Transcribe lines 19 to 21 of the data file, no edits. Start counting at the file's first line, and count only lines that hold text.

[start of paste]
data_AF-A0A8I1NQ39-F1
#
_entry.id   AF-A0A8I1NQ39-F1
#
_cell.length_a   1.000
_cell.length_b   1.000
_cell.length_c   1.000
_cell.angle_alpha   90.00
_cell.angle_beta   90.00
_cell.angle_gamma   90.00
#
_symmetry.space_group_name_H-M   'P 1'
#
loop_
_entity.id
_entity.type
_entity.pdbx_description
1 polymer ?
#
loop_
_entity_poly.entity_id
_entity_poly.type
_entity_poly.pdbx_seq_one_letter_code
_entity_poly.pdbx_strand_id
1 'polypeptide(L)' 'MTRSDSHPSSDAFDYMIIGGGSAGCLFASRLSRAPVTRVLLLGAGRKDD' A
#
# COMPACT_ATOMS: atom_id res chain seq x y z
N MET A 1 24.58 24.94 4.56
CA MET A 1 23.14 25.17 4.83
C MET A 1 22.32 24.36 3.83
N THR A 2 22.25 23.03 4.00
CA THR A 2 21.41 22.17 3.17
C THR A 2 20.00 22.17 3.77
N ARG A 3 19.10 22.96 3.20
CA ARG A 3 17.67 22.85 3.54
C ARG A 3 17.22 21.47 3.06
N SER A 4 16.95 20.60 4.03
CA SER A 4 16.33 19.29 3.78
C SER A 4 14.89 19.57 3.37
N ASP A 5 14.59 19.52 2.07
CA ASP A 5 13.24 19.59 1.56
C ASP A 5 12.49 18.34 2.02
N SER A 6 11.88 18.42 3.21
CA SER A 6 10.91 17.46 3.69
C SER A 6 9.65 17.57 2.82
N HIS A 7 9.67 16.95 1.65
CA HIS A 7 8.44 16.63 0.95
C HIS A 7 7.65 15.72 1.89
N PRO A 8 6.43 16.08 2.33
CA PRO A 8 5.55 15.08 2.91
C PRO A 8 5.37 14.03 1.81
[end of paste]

#
loop_
_entity_poly.entity_id